Andrés Gregorio Landero Guerra, born in 1931 in San Jacinto, Colombia, embodies like no other artist the spirit that made it possible to bring cumbia music to the world. Synonymous with the evolution of this musical genre, inevitably any selection of Landero’s best songs cannot aspire to do him full justice.
From the very first note he played, Landero managed to charm audiences through a complex weave of compositions, shot through with local nuances and diverse derivations from his native Caribbean province. A torrent of words and refreshingly original, he constantly sought to create his own language while remaining acutely alive to tradition. Driven by a strong personality and undeniable abilities, and solely governed by his desire to follow his musical vocation and write songs that faithfully reflect the stories of his pure native land, Landero left home at seventeen, manifesting his passion to take artistic creation to the limit while demonstrating his belief in freedom and communal living, expressed through the free rein he gives to transparent narratives in all of his songs.
In 1964 he embarked on his musical career with Discos Curro, the landmark costeño label owned by José María “Curro” Fuentes from Cartagena. Then, in 1965, he joined the line-up of artists on Discos Fuentes’ payroll. “Fiel Caricia”, his first album with this label, presents a broad and intense repertoire of merengue, paseo and, of course, cumbia music. Landero displays his compositional brilliance by combining naturalness and long-standing carnival tradition.
In 1966, he received the distinction of Rey Sabanero at the Sincelejo (Sucre) accordion festival. He was named King of Cumbia in El Banco (Magdalena), King of the Bolivian accordion festival in Arjona (Bolívar) as well as King of Cumbia in Mexico. Landero succeeded in winning over audiences with devastating ease. He constantly paid tribute to his native land with heart, with soul and the ability to stir the emotions, on albums such as “Cumbia en la India”, “Mujer querida” or “La fiebre”. This first stage of Landero’s work with Discos Fuentes is a vast compendium of rural dialogues of unswerving beauty, encompassing songs in the son, paseo, puya, cumbia, pasebol, merengue and gaita styles. Tender wild poetry that describes a delightful panorama of true stories, sea breezes and sun that unfolds timelessly.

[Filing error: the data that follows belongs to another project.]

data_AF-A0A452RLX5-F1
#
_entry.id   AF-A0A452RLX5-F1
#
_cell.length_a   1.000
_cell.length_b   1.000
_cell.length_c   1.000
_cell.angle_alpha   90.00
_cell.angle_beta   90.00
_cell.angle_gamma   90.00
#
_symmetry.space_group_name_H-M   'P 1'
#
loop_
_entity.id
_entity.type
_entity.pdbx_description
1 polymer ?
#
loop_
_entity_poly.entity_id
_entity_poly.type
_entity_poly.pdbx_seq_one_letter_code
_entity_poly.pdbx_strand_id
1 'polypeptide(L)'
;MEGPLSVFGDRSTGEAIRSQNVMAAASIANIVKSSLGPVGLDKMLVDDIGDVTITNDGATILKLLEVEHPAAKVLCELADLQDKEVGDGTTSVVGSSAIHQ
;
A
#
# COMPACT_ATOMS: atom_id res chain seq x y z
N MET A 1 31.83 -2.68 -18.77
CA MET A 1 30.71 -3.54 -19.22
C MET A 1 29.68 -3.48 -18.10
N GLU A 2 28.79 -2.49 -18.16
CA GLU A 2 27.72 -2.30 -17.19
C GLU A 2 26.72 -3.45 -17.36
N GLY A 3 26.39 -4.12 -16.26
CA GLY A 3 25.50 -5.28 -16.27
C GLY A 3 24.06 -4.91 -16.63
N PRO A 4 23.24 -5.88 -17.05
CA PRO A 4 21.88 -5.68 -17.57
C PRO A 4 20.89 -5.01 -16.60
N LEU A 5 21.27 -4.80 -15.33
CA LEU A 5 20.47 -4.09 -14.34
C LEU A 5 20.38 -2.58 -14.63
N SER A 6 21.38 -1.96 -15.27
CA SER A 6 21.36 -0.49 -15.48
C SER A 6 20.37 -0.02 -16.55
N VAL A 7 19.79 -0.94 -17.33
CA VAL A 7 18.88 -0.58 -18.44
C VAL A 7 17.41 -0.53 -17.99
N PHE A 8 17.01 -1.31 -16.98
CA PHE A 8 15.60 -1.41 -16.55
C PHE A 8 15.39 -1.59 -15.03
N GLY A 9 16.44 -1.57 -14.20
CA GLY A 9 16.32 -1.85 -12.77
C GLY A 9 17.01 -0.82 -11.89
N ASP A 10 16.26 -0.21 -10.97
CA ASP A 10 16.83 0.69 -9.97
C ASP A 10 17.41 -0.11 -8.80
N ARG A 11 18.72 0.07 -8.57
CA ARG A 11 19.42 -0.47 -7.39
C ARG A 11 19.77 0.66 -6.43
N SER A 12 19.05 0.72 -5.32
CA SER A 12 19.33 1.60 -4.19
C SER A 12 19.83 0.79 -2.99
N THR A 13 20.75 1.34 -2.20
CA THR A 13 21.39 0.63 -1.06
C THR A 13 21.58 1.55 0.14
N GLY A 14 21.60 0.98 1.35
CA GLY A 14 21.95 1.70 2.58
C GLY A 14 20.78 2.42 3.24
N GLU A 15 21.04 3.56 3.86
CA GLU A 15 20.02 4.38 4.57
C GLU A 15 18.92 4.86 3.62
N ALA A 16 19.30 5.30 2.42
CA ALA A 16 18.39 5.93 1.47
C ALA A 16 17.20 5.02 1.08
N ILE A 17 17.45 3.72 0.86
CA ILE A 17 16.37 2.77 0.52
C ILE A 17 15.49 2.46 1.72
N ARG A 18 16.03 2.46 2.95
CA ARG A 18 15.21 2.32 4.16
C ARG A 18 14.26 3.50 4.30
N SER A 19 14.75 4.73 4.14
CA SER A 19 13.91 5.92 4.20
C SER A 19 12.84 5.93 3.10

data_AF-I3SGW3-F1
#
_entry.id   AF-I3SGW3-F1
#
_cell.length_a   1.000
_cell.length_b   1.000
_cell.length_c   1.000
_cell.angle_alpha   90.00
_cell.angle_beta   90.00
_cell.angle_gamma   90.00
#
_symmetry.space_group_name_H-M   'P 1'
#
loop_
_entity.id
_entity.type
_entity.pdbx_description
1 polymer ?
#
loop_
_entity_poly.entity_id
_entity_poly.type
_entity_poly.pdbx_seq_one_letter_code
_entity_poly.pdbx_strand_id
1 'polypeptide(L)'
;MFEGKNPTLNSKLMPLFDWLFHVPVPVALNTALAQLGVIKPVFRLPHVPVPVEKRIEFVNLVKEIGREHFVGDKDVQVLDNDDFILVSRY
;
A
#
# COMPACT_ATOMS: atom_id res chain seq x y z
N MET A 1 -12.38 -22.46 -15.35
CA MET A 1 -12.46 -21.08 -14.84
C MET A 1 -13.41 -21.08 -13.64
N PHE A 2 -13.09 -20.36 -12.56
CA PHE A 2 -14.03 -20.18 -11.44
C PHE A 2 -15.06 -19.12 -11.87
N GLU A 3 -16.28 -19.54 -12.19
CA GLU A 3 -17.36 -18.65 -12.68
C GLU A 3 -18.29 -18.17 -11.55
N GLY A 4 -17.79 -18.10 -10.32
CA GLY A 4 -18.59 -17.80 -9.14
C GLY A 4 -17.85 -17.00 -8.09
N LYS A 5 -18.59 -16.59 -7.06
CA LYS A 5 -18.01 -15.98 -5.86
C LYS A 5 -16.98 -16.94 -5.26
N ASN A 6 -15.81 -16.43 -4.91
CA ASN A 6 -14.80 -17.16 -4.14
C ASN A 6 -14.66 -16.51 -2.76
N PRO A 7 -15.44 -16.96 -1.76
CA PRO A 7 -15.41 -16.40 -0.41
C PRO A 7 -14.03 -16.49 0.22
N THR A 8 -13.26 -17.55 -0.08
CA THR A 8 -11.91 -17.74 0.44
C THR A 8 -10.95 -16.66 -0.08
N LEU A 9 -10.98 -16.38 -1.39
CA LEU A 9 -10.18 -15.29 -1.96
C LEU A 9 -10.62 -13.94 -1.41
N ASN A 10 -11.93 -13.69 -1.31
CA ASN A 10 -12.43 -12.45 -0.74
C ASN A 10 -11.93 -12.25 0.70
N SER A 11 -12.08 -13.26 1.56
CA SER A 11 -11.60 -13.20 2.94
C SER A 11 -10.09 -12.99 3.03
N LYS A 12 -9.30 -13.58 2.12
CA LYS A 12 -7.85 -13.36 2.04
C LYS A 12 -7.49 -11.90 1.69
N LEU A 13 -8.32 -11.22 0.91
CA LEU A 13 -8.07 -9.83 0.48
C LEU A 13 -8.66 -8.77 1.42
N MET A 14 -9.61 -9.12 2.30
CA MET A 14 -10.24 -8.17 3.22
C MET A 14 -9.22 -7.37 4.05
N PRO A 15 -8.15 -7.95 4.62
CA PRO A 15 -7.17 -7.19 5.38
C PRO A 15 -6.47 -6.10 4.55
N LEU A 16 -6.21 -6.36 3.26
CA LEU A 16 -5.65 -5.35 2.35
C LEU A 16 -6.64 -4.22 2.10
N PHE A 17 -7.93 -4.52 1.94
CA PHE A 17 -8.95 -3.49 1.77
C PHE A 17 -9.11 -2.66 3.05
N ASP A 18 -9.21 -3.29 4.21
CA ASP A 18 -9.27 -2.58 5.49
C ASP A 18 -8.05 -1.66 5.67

Landero returned to Fuentes in 1979 with the album “Bailando cumbia”, followed by “El hijo del pueblo” and finally “¡Por ahí es que va... la cosa!”: three records that would guarantee more growth in this colourful parrandero territory, three records perfectly attuned to their time. The remainder of his discography comprises countless tracks of classic status that point towards an enduring musical heritage; a constant revitalisation of the accordion as a creative instrument. He recorded for Industrias Fonográficas Discos Tropical, Industria Electrosonora de Colombia Sonolux, Industria Nacional del Sonido, Codiscos Zeida, Fonocaribe, Delujo and Producciones Damar, heedless of financial feasibility or popularity.
Not one of the records released during Andrés Landero’s career is bad, mediocre or dispensable. His coherent and constant efforts to build on the foundations of the cumbia tradition form an extraordinary legacy rich in masterpieces of Colombian popular music. Sixteen years after his death, he continues to be the creative summit of an entourage of names associated with the folk music of the tropics. He is the author of a polyphonic blossoming whose beats still sound fresh today and the outstanding figure through which to appreciate, from a historical perspective, the syncretism of indigenous and African slave music from the Caribbean coast, namely cumbia.
Carlos Mario Mojica (Don Alirio)